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Geodiversity: Valuing and Conserving Abiotic Nature, 2nd Edition

ISBN: 978-0-470-74215-0
508 pages
October 2013, Wiley-Blackwell
Geodiversity: Valuing and Conserving Abiotic Nature, 2nd Edition (0470742151) cover image

Description

The first book to focus exclusively on the subject, Geodiversity, Second Edition describes the interrelationships between geodiversity and biodiversity, the value of geodiversity to society, as well as current threats to its existence. Illustrated with global case studies throughout, the book examines traditional approaches to protecting geodiversity and the new management agenda now being implemented. The Second Edition of this successful textbook continues to build on the success of the first edition which is still the standard reference for the subject.

Fully revised and updated throughout, the Second Edition now includes new material on geoparks, geotourism and implications of climate change for geoconservation.

Reviews  of previous edition:

“Murray Gray’s new book is the first widely available text to bring together and analyse some of these emerging ideas….The result is a book that should be in the library of every land manager and one that is likely to lead many practicing geoscientists and quaternarists to a new view of the importance of their field for nature conservation and environmental management… (Journal of Quaternary Science, Vol.19, No.8, December 2004)

“It is strange that it is necessary to justify the importance of geodiversity…. Murray Gray does it with brilliance, not only to convince ‘non-believers’, but giving inspiration to us that have worked in geoconservation for a long time” (ProGEO News, 3 & 4, 2003)

"...The author provides a timely review of recent advances in the integration of geodiversity into wider conservation and planning strategies..." ….” (Journal of Quaternary Science, Vol.19, No.8, December 2004)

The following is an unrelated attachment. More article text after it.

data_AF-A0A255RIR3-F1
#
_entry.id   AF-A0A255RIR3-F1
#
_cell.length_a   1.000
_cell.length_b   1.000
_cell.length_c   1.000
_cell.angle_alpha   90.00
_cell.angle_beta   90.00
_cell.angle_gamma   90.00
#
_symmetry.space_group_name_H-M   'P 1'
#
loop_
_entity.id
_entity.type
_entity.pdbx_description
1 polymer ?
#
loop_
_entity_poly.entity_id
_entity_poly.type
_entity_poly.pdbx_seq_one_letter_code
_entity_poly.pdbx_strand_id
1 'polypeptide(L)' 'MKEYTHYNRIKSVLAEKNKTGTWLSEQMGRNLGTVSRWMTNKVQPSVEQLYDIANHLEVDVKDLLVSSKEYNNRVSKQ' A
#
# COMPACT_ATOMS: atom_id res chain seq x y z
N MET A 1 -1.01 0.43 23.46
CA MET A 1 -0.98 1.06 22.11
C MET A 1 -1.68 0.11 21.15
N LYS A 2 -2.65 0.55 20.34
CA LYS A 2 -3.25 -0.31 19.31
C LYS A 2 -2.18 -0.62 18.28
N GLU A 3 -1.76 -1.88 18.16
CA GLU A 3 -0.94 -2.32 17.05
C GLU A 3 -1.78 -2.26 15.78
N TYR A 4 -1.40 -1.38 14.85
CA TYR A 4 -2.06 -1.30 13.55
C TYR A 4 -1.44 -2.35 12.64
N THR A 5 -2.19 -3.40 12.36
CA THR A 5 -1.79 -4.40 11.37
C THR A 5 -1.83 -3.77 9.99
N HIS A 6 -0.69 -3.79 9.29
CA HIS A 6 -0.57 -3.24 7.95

"...the book is well-written and follows a clear and concise outline." (Environmental Geology, Vol. 48, No. 2, July 2005) 

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Table of Contents

Preface to Second Edition vii

Preface to First Edition ix

Part I What is Geodiversity? 1

1 Defining Geodiversity 3

2 Geodiversity: the Global Scale 15

3 Geodiversity: the Local Scale 29

Part II Values and Threats 73

4 Valuing Geodiversity in an ‘Ecosystem Services’ Context 75

5 Threats to Geodiversity 151

Part III Geoconservation: the ‘Protected Area’ Approach 193

6 International Geoconservation: an Introduction 195

7 World Heritage Sites 219

8 Global Geoparks 237

9 National Geoconservation 255

Part IV Geoconservation: the ‘Wider Landscape’ Approach 333

10 Geoconservation in the ‘Wider Landscape’ 335

11 Geoconservation and Land-use Planning 377

12 Geoconservation and Policy 393

Part V Putting It All Together 411

13 Geodiversity and Geoconservation: an Overview 413

14 Comparing and integrating geodiversity and biodiversity 429

15 A Future for Geodiversity? 449

References 455

Index 491

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Reviews

“Let’s hope, for example, that those making decisions about the long-term response to recent flooding in the UK will have read this book and as a consequence work with, rather than against, geomorphological processes!.”  (Geology Today, 1 September 2014)

“Overall, ‘Geodiversity’ is a most valuable addi­tion to any geoscience library and I strongly recom­mend that people involved in geoconservation have a ready access to it. While the book provides us with a state-of-the-art (AD 2013), the fields of geodiversi­ty and geoconservation are highly dynamic and the perspectives for the future seem generally promis­ing. In this context, I hope that the strong assertion of the author that “there will not be a third edition” (p. viii) will not prove true and in some years from now we will enjoy an updated new edition of ‘Geodiversity’.”  (Geologos, 1 June 2014)

“It would be a fine basis for an advanced undergraduate or graduate level course and one that your students might actually read, the highest praise that I can give any textbook.”  (Geological Journal, 1 June 2014)

“The book can serve as an undergraduate/graduate-level textbook, but it will also have some appeal to professional geoscientist.  Summing Up: Recommended.  Upper-division undergraduates, graduate students, researchers/faculty, and professionals/practitioners.”  (Choice, 1 July 2014)

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